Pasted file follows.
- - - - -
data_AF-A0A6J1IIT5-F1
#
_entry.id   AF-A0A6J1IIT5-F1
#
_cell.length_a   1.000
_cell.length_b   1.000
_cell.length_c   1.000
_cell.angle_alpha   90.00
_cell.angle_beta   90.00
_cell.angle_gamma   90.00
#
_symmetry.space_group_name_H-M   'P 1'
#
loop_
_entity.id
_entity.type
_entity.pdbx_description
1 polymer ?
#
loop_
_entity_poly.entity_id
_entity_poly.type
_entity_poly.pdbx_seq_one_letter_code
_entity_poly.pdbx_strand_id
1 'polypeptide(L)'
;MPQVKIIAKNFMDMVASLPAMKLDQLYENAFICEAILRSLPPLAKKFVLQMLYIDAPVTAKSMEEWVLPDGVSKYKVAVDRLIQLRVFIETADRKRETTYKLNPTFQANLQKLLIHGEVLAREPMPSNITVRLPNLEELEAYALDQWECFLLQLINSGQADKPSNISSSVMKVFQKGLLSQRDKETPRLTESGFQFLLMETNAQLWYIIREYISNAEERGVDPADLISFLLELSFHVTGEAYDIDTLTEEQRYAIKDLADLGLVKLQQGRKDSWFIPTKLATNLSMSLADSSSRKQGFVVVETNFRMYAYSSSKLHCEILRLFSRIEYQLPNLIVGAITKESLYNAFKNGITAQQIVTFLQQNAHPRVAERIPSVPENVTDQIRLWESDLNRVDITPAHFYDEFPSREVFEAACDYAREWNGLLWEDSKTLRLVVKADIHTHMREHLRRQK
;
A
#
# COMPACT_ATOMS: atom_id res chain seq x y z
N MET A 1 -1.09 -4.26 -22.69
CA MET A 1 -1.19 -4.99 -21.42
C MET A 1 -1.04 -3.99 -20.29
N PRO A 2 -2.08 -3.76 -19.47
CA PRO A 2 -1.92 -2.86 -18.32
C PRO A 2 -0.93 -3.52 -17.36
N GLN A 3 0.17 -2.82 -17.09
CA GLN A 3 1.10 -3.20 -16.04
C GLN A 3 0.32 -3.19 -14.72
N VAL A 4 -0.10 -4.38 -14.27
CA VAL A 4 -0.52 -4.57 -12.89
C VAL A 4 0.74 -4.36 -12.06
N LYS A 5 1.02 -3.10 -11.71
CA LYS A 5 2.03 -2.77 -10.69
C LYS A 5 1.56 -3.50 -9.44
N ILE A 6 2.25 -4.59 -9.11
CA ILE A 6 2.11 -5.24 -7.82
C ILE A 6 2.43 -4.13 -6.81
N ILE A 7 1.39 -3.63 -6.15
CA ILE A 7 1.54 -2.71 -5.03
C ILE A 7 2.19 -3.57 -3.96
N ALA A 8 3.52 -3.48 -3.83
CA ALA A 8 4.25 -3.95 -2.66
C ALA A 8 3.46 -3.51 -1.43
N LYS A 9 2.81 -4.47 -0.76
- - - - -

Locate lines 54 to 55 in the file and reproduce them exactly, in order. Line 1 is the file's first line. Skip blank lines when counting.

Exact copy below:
C ALA A 8 3.46 -3.51 -1.43
N LYS A 9 2.81 -4.47 -0.76